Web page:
What is the Difference Between a Process and a Thread


We all have a very common question about threads, processes and their execution.

In this article I try to explain the common queries about threads and processes.

This article explains the following:

  • What a thread and a process is
  • What threads and processes actually do
  • The similarities between threads and processes
  • The differences between threads and processes
  • Whether threads are faster

Explanations of the preceding will reveal very much about System Programming features and how the operating system works, I will explain each of the preceding one by one.

  1. What a thread and a process is

    A computer system normally has many active processes and threads. An application consists of one or more processes. A process, in the simplest terms, is an executing program. One or more threads run in the context of the process.

    A thread is the basic unit to which the operating system allocates processor time. A thread can execute any part of the process code, including parts currently being executed by another thread. The processes and threads are independent sequences of execution.

  2. What threads and processes actually do

    Processes and threads provide an execution environment. Ultimately, they form a system, a collection of threads and processes that does something.

    A system consists of a number of processes. Each process is responsible for providing a service of some nature, whether it's a filesystem, a display driver, data acquisition module, control module, or whatever.

    Within each process, there may be a number of threads. The number of threads varies. One designer using only one thread may accomplish the same functionality as another designer using five threads.

  3. The similarities between threads and processes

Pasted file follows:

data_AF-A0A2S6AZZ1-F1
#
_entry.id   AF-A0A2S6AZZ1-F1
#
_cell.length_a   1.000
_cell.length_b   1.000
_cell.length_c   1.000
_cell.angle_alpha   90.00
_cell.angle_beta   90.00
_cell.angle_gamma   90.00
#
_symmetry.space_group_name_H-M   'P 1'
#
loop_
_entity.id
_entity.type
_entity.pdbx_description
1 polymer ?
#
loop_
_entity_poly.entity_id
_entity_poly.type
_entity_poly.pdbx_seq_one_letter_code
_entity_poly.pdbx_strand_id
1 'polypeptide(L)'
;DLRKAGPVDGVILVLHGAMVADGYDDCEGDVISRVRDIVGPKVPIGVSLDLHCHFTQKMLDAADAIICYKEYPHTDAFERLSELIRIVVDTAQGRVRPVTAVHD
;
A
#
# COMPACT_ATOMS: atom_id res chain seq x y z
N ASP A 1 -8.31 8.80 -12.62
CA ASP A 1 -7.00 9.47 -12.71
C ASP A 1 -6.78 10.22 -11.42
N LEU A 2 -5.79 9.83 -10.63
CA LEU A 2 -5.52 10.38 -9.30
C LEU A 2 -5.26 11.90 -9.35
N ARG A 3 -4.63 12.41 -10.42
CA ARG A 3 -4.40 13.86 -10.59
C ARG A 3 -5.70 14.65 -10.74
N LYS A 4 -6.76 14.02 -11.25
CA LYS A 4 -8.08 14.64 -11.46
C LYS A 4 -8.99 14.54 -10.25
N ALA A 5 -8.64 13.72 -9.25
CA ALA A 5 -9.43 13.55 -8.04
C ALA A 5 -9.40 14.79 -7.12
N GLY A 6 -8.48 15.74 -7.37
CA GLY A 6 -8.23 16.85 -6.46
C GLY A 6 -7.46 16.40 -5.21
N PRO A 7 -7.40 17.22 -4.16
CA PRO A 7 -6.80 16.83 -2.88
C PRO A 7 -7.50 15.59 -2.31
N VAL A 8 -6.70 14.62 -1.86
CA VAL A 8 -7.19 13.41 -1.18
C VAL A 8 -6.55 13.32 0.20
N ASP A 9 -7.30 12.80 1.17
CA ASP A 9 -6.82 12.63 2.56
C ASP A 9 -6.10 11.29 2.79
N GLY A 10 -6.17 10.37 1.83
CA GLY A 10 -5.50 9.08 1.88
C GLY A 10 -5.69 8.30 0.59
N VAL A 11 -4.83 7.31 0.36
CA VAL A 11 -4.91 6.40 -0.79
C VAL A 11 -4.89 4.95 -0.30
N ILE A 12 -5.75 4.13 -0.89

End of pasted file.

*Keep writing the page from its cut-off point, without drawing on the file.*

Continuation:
· Both threads and processes have sequential execution.

    · Both threads and processes create their child threads and processes.

    · Both threads and processes share the common CPU.

    · If one thread is blocked, then another can execute just like processes.

  4. The differences between threads and processes

    · Threads will, by default, share memory, but processes by default do not share memory.

    · A thread cannot exist by itself, a process must start a thread. A process can start multiple threads in other words “threads are not independent like processes”.

    · Threads will share file descriptors, but among processes more file descriptors are not shared.

    · Changes to the main thread (cancellation, priority change and so on) may affect the behavior of the other threads of the process; changes to the parent process do not affect the child processes.

    · Threads will share file system context, but processes don't share file system context.

    · Threads will share signal handling, but processes don't share signal handling.

  5. Are threads faster than processes?

    Use of a process means you also need Inter Process Communication (IPC) to get data in and out of the process whereas threads on the same process are much more lightweight. They reside in the same memory space and they can share handles and security context. Switching among threads in the same process is much faster because the OS only switches registers, not memory mapping.

    Threads are basically an optimization to avoid too many transitions or too much communication among memory spaces.

    I hope this article clarifies many things regarding threads and processes and will also be helpful for interviewing purposes.